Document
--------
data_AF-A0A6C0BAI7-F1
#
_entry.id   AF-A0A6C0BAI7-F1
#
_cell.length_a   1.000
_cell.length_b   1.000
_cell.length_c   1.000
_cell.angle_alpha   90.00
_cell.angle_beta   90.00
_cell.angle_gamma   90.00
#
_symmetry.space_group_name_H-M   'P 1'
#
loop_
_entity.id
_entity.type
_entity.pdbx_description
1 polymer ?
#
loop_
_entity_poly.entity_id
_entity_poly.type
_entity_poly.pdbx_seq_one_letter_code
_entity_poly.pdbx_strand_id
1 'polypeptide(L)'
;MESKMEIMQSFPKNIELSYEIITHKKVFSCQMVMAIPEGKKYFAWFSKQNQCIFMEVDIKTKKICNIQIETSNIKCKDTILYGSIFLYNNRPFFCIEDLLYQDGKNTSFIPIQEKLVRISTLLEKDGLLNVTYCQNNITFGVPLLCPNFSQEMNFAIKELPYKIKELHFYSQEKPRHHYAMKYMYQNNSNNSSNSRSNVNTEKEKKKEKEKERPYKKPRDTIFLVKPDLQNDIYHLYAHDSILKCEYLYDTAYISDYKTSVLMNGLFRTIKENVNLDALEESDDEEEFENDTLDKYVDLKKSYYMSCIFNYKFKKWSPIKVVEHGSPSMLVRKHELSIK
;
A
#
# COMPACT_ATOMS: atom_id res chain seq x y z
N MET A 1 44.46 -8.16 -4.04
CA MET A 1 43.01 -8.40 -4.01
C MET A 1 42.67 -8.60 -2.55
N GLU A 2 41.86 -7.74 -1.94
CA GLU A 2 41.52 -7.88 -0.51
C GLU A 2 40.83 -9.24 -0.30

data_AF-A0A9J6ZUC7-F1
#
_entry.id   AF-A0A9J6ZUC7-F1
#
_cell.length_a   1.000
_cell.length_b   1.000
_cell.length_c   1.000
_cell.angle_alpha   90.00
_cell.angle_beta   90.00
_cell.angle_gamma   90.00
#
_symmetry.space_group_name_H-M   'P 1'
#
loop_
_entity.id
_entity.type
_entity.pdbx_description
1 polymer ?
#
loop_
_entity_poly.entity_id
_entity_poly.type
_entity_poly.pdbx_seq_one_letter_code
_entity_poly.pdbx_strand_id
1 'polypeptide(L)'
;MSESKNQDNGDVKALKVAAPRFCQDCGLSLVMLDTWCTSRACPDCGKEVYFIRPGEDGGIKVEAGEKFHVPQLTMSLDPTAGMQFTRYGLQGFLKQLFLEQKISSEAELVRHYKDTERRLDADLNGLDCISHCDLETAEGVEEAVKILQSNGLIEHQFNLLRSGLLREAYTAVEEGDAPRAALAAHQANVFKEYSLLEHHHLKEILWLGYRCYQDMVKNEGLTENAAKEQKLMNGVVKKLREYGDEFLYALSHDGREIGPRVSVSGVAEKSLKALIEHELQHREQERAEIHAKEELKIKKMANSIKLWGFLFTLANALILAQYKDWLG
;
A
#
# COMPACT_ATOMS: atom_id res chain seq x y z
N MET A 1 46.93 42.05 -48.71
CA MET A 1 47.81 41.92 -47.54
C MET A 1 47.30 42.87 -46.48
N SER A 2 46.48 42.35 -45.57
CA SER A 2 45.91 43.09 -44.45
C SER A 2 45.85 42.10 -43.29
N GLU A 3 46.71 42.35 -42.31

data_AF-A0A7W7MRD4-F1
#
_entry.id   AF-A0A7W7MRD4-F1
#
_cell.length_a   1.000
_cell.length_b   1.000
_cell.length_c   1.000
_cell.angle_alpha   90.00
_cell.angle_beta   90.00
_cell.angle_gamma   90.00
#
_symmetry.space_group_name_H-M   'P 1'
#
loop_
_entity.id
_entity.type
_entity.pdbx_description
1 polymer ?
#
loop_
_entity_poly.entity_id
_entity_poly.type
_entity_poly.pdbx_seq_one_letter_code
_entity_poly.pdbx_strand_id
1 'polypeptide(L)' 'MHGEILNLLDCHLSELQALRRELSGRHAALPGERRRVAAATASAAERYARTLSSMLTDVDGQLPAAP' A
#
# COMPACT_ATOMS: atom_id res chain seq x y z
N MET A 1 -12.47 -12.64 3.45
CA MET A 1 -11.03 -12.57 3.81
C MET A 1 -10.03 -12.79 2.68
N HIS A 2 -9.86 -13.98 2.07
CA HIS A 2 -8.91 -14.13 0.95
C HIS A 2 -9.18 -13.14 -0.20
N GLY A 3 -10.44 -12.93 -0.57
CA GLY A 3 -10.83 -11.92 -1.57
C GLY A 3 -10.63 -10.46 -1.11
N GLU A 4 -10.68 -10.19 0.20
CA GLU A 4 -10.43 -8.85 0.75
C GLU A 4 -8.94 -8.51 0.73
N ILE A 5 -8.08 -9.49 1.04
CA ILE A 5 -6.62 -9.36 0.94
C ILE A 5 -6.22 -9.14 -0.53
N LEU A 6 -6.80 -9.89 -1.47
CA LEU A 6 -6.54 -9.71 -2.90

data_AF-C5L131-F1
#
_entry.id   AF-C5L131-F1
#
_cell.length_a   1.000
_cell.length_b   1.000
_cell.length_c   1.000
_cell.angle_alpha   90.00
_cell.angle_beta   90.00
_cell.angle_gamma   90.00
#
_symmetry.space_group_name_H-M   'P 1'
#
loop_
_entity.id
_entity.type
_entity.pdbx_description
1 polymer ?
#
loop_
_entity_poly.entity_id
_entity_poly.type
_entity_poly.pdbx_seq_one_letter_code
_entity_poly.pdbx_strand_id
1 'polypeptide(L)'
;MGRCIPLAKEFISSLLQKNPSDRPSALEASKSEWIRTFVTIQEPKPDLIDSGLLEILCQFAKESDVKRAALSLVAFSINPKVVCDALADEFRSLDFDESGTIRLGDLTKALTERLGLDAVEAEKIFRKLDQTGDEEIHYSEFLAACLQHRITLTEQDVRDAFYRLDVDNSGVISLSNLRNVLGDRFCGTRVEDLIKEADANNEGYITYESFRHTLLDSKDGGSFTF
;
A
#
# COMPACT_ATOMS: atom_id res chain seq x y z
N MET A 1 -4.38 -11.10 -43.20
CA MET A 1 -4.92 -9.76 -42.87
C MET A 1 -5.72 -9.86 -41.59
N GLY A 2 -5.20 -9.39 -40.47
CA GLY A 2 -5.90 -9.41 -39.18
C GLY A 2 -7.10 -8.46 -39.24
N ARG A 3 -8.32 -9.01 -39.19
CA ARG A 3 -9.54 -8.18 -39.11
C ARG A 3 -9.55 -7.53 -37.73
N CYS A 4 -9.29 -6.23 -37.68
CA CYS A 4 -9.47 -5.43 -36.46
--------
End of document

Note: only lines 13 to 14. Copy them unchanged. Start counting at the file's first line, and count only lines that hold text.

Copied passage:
#
loop_